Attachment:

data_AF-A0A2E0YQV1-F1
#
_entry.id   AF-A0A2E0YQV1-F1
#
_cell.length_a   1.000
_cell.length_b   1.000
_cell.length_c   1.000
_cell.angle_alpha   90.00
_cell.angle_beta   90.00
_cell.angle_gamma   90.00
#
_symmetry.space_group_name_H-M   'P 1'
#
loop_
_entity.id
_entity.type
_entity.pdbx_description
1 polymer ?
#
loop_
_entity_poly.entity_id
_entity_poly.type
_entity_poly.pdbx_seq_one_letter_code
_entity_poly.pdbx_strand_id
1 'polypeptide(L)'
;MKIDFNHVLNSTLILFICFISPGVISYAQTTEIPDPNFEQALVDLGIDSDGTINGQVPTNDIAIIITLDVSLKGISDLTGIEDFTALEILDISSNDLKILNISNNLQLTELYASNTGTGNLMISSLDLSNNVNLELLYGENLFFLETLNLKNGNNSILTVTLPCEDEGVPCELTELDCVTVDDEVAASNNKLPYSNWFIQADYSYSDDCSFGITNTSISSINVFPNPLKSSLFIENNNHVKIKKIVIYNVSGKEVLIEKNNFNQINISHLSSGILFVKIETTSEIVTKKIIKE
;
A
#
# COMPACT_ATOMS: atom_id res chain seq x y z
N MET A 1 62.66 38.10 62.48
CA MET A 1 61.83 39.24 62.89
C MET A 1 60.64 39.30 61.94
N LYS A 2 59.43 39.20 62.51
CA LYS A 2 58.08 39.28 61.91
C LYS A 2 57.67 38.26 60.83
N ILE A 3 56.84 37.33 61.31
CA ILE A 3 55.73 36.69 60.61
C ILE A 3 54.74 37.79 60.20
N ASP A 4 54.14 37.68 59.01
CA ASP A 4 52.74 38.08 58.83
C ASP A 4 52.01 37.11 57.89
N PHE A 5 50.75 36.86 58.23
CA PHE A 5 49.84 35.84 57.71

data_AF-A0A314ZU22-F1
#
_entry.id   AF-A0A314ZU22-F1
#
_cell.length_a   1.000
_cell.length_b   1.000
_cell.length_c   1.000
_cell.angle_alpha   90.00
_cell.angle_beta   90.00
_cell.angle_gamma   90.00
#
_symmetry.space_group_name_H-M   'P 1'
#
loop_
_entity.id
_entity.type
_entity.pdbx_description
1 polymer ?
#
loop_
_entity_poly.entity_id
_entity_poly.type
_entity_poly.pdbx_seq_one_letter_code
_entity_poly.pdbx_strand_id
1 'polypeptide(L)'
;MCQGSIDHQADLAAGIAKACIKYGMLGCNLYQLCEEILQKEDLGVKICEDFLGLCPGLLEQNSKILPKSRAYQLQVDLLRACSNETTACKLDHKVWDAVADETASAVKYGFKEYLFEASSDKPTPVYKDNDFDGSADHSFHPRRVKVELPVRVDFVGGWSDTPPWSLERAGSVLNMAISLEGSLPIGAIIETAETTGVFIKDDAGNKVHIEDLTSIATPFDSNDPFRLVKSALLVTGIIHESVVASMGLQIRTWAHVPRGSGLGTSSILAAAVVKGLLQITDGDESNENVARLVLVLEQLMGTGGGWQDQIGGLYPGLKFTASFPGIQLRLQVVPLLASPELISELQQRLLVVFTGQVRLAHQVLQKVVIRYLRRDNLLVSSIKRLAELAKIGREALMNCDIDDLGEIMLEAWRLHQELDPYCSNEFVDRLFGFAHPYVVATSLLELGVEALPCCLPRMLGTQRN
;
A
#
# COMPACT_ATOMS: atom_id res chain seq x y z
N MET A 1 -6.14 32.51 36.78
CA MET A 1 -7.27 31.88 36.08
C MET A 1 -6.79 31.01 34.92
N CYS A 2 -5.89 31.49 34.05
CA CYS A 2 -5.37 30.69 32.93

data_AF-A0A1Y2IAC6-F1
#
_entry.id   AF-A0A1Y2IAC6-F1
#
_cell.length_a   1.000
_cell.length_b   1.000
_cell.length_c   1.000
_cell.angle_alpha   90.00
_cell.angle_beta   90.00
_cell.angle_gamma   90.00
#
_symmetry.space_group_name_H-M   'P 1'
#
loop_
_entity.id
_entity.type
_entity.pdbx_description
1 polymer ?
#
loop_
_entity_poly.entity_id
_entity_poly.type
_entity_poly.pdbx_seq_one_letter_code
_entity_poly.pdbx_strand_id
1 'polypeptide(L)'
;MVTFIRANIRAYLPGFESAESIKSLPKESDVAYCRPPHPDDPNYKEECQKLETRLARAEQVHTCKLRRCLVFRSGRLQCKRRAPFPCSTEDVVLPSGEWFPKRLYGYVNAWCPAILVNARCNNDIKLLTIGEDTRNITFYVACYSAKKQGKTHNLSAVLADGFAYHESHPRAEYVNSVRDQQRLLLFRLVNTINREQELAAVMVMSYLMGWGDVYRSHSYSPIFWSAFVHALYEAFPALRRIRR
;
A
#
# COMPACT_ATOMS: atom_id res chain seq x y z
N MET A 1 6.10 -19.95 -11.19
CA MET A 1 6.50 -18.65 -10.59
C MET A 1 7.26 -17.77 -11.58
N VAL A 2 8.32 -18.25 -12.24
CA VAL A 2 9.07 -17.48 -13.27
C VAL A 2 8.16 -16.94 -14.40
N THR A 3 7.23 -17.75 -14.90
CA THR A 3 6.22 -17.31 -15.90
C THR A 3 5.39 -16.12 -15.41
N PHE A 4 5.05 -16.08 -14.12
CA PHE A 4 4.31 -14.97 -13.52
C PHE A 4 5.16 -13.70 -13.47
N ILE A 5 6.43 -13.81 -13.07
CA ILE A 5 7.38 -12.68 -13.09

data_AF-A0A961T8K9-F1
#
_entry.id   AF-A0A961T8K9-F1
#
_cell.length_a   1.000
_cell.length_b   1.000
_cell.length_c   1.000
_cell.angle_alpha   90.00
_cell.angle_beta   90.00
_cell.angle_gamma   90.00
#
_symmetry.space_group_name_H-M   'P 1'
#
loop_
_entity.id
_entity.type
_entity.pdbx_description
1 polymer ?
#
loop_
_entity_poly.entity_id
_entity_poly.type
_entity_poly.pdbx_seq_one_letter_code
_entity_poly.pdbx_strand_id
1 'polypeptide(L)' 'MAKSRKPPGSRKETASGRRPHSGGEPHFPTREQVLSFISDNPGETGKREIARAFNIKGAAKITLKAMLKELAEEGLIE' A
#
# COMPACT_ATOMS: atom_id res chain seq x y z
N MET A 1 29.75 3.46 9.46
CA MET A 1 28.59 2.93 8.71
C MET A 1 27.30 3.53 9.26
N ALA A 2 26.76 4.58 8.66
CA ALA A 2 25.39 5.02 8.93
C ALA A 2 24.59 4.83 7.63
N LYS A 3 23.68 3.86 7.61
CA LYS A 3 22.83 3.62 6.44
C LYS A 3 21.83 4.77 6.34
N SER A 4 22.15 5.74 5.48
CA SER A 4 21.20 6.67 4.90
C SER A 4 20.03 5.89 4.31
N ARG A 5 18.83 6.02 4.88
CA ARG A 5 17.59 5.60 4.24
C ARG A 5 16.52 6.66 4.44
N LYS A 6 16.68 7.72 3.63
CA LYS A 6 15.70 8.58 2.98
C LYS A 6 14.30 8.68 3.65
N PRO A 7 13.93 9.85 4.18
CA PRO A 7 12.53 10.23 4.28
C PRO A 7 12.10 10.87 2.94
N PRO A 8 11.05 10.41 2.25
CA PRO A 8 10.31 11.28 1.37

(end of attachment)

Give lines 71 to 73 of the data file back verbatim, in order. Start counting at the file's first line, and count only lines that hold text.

;
A
#